Circle presents these ideas in a way that leaves you to make up your own mind. On the one hand, being fully transparent keeps everyone honest. No one has anymore secrets because you are constantly out in the open. However, by making transparency a part of daily life, privacy dies. With a centralized Internet that becomes vital to existence, being transparent and subject to a hive mind forgoes any notion of personal solitude. You cannot do or say anything online without everyone knowing what is going on. Is being honest with the world really important enough to sacrifice your privacy?

The questions Circle asks are provocative. The actual film is pretty stupid. Why anyone would go along with full transparency is moronic. It makes sense given the Mae character is an idiot that thinks streaming her every waking second to the world is a good idea. The lunacy reaches its pique when a mob-sourced Orwellian tracking program unintentionally kills her friend. She seems totally fine with people invading each other’s privacy until people start invading each other’s privacy.

Watson was not that great in her performance. I understand mastering another accent is difficult, but she could have at least tried to sound enthusiastically inconsistent. Most of the time she was edging into Natalie Portman terriotiry. Granted, she was not as bad as the Boyhood kid as Mercer, the one who dies. Hanks was obviously the better, even though he had maybe 25 minutes of screen time. John Boyega showed up as Ty and did an adequate job. Seeing him made me want to watch Force Awakens again. Karen Gillan stood out because she had the most to do. She does a great job of showing how crazy you can get when you realize you work in a hive mind.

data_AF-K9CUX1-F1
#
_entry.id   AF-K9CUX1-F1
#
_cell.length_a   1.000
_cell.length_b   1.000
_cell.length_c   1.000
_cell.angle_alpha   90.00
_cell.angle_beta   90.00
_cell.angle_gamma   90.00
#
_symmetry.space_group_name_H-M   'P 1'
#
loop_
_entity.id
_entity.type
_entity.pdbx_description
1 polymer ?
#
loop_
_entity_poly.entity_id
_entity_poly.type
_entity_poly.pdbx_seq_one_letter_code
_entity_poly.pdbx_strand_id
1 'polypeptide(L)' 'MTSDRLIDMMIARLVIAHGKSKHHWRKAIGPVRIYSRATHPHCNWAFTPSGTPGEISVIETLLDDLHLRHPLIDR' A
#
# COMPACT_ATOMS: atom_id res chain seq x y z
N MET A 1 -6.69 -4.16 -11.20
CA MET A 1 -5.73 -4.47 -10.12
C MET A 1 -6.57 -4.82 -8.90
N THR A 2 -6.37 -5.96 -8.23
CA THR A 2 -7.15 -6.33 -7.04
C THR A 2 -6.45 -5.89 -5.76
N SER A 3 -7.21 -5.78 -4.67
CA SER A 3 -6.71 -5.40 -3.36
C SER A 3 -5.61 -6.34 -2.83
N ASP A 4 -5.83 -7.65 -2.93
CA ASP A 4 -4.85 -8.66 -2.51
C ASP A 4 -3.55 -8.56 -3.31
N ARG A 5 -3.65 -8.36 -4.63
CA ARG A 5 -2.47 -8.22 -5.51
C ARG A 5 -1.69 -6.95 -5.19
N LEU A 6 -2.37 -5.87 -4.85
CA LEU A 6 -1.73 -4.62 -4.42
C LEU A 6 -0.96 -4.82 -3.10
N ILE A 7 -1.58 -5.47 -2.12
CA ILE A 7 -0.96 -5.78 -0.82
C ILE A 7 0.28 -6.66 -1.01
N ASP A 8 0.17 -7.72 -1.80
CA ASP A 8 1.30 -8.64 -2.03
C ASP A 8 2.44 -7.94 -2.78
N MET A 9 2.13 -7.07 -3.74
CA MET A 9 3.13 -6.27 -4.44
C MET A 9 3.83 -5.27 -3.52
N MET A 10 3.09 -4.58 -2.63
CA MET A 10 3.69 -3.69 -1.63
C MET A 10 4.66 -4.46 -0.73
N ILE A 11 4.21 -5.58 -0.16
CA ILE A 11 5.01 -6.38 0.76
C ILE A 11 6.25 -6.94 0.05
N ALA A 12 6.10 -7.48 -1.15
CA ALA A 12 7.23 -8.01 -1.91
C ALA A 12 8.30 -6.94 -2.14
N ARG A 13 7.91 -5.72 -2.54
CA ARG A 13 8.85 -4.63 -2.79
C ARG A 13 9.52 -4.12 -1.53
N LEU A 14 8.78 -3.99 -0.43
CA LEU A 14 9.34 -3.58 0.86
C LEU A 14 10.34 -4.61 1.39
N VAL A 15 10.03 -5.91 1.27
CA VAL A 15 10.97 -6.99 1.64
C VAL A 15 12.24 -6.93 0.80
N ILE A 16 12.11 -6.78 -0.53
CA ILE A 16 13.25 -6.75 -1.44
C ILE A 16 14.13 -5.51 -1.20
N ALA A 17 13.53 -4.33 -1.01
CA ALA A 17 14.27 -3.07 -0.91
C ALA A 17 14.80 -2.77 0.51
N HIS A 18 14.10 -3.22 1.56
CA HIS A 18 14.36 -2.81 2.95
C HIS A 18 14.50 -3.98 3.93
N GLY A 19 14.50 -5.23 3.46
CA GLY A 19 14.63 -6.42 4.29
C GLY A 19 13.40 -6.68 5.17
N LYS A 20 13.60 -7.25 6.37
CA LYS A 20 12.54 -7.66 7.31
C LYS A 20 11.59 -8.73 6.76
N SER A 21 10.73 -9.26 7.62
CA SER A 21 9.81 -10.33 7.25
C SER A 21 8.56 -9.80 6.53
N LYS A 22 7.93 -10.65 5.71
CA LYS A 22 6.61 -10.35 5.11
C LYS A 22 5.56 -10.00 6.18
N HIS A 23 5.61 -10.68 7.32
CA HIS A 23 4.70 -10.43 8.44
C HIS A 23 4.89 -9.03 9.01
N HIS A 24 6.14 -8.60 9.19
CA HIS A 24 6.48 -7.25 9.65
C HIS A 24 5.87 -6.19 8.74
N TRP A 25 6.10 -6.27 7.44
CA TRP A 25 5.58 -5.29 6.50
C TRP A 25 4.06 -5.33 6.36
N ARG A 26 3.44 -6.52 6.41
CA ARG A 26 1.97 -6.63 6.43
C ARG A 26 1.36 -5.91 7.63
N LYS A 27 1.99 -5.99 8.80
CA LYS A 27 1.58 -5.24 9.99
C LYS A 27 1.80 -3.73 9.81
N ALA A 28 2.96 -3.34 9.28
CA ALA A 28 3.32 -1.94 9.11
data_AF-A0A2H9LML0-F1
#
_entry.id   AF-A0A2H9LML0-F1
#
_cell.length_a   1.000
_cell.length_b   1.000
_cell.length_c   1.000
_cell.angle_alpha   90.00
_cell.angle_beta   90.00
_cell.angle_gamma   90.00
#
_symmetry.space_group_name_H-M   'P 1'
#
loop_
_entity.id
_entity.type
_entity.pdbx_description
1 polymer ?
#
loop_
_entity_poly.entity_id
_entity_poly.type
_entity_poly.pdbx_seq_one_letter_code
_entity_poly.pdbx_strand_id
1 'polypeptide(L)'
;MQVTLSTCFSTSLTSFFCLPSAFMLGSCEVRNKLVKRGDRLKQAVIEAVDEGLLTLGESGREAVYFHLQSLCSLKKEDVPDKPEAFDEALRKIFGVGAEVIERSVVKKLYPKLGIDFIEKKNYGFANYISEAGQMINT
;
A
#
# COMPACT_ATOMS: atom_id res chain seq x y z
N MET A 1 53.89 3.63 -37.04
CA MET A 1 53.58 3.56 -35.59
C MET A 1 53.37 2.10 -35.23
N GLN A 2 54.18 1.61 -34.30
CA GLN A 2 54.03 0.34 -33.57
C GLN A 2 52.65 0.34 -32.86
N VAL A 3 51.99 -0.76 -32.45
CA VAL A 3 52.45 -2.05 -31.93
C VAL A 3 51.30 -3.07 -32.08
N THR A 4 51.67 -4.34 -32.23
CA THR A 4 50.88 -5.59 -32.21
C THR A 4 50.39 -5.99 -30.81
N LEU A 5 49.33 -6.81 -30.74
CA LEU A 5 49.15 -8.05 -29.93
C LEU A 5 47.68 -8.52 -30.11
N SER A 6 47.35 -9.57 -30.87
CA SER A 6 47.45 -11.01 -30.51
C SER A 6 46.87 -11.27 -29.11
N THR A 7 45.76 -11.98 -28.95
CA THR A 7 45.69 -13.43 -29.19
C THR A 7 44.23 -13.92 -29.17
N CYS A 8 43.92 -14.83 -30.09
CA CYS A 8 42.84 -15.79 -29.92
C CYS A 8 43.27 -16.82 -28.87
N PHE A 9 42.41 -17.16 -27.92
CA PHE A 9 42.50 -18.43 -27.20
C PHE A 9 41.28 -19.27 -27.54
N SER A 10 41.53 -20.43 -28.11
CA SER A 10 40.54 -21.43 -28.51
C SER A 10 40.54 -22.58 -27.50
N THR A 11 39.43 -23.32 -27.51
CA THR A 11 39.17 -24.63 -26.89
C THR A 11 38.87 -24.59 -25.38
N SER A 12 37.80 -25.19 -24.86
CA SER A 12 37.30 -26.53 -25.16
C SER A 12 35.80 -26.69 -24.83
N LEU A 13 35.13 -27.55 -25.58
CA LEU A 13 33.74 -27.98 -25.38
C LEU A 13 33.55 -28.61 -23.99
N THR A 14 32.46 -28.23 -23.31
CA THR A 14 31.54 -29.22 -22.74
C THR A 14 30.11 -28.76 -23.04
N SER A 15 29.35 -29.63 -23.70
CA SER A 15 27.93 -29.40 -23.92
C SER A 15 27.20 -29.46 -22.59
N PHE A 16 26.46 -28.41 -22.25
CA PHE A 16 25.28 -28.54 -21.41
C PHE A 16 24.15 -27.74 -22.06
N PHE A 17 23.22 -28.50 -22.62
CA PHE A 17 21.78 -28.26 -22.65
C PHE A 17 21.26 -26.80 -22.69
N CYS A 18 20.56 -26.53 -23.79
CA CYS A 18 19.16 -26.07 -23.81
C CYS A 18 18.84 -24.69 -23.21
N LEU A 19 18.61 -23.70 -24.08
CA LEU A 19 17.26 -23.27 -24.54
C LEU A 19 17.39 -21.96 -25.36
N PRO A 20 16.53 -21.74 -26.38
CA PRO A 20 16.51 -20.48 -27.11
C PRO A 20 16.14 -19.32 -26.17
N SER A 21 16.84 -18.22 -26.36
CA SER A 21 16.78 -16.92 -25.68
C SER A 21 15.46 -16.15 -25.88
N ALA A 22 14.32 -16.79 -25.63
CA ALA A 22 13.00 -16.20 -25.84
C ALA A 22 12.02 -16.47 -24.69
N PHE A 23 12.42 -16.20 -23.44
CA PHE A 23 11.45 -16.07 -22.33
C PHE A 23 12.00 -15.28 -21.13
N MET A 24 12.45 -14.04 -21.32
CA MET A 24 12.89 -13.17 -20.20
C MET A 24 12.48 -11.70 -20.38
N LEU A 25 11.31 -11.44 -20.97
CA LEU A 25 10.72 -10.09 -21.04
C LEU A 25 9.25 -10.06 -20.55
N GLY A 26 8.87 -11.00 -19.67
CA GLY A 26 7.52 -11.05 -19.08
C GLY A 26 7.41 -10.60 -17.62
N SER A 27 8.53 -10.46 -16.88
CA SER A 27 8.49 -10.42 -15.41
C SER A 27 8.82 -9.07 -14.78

If you want to watch The Circle, be sure to leave logic at the door. There is not a single frame of footage that would standup to conventional rationality or common sense. See it as a satire because it was made to be a satire. Otherwise, it sucks and you lose what makes it mostly okay.

Scripts – 4

For a long time I have had this Punisher script sitting around on here.  I wrote it before Daredevil season two because up until then, the only other (and best) incarnation of the character was Ray Stevenson in War Zone.  I did not think we would see him appear in the MCU, so I set out to write a Punisher movie in the context of that continuity.